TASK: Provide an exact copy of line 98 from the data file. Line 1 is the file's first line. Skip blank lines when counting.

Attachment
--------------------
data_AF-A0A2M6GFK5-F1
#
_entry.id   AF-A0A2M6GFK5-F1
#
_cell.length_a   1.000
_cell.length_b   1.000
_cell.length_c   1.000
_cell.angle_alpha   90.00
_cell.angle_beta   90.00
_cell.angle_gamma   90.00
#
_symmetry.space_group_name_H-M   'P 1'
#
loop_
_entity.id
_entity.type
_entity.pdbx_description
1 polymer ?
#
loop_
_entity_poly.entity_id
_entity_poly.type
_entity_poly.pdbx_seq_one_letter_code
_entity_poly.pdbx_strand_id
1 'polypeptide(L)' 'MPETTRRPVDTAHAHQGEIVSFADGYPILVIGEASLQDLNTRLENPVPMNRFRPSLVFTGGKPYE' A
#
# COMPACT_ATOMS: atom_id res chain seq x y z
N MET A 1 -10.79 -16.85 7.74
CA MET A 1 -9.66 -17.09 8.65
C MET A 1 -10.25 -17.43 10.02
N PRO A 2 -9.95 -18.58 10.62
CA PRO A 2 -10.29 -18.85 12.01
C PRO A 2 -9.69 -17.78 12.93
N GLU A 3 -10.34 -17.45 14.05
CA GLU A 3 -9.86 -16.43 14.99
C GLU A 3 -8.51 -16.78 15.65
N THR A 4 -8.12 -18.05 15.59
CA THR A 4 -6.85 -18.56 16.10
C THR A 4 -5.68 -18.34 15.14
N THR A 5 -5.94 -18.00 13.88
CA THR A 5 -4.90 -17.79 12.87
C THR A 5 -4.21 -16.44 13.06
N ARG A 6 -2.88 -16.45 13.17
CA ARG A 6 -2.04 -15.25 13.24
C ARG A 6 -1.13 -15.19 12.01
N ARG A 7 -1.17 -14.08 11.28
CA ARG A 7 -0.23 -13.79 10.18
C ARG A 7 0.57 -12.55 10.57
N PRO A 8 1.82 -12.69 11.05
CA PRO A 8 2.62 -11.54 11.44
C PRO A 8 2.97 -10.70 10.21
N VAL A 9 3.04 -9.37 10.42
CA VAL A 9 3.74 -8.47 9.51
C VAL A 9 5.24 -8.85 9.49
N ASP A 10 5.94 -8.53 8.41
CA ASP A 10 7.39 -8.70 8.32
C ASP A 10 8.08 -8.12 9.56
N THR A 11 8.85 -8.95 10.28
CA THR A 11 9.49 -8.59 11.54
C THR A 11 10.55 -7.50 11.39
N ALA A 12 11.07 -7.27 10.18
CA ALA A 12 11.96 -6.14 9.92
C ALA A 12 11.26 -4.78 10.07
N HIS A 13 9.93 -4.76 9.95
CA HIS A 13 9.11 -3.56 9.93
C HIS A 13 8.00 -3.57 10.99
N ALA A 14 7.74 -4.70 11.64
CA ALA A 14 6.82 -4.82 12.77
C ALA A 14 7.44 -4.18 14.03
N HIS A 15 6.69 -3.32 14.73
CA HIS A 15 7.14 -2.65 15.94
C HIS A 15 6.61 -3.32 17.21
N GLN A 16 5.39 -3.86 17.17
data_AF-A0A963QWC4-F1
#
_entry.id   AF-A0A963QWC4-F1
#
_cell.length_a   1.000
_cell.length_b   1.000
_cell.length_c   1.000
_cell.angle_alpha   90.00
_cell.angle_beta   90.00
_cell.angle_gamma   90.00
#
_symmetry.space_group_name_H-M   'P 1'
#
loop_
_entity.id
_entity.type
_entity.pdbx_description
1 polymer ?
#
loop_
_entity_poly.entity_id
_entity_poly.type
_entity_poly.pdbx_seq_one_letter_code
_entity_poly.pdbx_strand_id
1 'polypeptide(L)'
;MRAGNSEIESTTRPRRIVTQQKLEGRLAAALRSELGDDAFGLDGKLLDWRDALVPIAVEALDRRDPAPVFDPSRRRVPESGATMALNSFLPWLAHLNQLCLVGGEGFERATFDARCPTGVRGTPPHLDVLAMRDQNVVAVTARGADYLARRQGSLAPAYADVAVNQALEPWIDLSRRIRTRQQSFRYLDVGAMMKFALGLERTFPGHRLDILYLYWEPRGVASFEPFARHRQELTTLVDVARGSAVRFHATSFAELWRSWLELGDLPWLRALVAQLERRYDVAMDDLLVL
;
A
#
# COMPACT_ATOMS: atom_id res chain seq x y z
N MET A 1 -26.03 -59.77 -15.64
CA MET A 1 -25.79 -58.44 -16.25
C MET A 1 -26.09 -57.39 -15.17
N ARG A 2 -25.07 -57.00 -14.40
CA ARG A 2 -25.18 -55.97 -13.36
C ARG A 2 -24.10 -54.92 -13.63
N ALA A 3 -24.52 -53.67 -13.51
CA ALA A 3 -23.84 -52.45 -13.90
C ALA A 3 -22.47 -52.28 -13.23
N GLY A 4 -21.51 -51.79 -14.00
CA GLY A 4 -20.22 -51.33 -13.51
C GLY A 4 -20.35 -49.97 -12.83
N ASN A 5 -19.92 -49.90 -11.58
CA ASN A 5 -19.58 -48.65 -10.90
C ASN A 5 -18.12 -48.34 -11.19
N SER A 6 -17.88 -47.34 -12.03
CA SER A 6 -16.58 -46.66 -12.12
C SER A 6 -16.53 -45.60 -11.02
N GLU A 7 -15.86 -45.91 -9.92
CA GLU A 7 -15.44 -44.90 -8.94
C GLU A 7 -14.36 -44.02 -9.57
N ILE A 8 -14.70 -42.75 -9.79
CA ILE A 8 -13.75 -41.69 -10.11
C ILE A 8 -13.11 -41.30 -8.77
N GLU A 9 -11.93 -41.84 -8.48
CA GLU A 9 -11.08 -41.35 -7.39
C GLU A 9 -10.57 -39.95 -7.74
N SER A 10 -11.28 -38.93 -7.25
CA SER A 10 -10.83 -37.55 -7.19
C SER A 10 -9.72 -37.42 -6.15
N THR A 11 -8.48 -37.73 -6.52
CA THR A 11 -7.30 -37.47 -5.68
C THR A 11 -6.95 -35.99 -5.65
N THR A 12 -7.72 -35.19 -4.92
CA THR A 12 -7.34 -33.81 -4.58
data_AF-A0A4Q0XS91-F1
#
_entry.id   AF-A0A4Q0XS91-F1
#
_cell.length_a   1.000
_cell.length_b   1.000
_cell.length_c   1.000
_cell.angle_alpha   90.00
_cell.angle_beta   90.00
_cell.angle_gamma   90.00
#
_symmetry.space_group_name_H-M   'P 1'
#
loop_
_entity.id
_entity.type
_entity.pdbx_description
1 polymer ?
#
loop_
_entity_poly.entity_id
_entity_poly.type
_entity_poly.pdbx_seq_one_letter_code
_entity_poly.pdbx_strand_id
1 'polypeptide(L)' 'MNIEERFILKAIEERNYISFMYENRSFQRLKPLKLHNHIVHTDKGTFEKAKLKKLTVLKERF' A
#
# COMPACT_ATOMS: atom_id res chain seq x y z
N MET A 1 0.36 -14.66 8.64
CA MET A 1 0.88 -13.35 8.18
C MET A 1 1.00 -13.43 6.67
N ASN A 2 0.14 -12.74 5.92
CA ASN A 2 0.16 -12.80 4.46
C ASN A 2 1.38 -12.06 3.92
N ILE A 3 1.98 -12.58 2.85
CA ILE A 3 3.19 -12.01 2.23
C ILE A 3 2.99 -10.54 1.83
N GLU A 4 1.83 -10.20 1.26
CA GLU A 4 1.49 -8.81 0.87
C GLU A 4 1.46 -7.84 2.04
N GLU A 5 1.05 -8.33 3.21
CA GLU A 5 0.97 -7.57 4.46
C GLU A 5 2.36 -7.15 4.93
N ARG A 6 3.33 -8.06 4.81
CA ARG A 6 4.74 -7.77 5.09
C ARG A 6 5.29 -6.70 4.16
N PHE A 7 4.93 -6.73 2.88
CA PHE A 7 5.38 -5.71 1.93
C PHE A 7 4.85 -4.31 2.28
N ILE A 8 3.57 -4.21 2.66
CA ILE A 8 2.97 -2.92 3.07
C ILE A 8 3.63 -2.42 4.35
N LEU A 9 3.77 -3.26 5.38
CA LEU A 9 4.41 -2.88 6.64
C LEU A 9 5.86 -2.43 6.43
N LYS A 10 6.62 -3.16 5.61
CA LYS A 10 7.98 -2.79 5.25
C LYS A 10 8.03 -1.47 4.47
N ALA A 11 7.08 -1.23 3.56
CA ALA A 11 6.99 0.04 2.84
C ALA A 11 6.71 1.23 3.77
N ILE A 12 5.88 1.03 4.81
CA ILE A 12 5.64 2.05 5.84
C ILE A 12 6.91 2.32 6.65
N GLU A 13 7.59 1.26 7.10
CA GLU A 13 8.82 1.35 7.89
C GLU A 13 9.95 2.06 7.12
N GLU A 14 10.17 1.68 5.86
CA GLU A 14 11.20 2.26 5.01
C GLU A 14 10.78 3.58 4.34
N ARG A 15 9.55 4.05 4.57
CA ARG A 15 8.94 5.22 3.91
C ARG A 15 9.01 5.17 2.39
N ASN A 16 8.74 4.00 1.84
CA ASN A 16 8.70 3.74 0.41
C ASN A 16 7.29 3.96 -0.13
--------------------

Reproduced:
1 'polypeptide(L)'